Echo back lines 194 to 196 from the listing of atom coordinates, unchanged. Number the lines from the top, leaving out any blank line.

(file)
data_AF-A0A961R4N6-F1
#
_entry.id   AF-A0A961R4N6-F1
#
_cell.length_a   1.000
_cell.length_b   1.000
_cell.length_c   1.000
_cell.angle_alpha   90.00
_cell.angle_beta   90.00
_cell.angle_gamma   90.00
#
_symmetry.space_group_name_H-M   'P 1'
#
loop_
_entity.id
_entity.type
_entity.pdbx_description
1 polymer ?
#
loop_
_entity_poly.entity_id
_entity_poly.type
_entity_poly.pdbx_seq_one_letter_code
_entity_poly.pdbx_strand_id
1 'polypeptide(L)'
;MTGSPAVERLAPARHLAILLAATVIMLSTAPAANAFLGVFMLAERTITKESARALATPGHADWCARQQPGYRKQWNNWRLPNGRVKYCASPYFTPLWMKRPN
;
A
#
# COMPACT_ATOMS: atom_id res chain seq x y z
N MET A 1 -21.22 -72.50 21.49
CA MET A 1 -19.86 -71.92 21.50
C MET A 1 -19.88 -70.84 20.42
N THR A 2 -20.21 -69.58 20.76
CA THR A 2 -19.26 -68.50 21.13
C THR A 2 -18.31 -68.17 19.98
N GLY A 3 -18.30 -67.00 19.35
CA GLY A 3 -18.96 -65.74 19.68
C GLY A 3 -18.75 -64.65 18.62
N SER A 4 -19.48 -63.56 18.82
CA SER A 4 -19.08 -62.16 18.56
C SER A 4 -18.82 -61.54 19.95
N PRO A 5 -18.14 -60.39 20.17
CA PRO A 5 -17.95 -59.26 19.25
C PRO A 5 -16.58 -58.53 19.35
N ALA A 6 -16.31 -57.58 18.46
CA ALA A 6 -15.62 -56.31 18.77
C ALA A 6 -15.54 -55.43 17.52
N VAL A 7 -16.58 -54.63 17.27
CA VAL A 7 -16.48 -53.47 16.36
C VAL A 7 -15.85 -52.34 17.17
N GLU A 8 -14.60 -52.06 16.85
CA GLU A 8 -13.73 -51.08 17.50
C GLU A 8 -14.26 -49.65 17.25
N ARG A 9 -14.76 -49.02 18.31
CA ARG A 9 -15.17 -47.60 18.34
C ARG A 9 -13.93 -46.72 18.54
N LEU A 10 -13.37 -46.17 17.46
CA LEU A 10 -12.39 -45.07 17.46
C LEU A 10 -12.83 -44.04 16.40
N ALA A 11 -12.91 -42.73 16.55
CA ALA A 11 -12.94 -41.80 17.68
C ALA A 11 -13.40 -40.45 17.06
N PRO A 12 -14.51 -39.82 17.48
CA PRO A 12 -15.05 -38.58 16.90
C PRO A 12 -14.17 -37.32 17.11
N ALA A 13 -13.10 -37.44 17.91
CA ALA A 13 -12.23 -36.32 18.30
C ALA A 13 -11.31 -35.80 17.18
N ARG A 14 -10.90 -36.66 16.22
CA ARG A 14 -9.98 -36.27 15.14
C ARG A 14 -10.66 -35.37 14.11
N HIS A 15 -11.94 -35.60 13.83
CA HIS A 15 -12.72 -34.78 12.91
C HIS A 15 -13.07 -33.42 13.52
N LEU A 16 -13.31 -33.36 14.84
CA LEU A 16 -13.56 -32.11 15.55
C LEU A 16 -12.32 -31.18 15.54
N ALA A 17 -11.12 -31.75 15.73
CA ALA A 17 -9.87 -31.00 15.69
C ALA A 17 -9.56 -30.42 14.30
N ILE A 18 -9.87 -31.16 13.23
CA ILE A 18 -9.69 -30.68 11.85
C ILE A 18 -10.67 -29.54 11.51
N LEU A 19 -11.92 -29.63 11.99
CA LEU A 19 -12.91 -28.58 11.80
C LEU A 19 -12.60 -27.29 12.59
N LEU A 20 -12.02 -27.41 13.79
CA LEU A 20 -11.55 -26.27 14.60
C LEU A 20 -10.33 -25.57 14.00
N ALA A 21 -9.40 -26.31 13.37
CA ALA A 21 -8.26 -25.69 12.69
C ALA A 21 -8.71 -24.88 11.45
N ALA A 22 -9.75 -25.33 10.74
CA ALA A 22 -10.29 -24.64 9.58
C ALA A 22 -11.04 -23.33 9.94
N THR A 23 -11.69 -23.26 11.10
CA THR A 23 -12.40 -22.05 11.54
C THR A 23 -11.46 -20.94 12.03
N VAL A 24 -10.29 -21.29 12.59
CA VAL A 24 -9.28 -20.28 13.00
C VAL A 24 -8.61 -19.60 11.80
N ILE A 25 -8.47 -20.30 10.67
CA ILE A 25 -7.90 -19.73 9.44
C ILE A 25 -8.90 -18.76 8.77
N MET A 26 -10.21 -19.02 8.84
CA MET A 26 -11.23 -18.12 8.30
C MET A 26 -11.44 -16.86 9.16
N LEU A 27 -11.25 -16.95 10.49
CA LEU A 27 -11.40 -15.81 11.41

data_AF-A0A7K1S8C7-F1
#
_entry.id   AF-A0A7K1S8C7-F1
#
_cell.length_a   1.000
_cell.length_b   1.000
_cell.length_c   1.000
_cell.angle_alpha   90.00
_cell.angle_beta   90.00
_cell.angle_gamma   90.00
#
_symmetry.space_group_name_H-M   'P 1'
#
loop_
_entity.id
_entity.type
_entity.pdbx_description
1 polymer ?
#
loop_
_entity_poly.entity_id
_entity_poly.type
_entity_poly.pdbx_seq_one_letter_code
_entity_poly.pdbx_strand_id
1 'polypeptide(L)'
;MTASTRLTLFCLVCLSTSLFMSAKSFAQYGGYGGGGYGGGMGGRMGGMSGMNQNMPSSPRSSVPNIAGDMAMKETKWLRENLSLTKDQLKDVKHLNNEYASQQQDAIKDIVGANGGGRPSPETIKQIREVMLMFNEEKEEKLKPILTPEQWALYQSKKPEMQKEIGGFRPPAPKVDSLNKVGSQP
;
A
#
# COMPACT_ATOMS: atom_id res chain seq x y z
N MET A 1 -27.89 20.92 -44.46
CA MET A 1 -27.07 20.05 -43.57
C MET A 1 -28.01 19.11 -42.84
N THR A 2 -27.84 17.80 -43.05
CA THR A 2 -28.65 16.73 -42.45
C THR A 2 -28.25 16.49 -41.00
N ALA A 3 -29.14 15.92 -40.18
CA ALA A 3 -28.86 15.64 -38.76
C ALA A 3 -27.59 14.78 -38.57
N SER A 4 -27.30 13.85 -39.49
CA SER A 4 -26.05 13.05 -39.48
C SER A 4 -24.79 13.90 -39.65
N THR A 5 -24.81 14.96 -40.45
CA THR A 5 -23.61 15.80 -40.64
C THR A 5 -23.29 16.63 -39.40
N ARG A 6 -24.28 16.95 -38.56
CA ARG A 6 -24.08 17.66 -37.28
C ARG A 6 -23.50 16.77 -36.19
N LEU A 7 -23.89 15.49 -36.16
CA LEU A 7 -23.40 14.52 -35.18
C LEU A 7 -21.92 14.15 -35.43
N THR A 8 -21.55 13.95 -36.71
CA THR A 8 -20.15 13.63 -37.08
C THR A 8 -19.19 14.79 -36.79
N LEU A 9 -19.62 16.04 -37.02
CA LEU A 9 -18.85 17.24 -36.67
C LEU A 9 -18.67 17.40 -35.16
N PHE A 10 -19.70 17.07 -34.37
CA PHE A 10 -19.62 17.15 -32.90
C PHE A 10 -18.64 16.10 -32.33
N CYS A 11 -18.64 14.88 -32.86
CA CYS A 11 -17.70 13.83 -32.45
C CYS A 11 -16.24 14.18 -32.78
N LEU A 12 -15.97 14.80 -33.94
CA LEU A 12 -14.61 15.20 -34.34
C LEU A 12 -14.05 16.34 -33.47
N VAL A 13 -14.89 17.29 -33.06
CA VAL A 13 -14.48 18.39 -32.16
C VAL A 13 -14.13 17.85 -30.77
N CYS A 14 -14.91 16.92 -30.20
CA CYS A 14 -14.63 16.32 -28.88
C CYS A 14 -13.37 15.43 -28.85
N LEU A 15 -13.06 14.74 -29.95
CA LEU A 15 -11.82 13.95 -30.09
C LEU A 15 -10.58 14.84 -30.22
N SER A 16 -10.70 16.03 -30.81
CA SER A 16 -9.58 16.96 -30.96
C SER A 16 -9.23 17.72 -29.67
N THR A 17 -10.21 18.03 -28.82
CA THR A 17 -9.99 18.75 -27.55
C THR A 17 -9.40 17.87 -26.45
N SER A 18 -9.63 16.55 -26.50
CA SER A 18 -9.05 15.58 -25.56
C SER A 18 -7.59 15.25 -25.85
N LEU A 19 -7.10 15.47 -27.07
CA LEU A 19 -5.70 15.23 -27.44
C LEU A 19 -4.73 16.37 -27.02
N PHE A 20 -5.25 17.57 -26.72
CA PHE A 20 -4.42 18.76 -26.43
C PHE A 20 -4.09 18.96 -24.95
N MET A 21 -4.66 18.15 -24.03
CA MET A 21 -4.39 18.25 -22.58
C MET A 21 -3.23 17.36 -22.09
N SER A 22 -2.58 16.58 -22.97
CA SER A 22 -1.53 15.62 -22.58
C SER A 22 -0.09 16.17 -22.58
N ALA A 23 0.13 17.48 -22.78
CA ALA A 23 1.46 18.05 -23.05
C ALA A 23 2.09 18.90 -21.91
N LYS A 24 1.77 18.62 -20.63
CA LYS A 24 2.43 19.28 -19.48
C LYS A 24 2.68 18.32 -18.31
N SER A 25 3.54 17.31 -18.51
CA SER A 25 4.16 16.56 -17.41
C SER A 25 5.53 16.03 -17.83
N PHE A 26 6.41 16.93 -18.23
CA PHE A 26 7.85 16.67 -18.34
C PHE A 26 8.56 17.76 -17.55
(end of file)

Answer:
C SER A 18 -7.59 15.25 -25.85
N LEU A 19 -7.10 15.47 -27.07
CA LEU A 19 -5.70 15.23 -27.44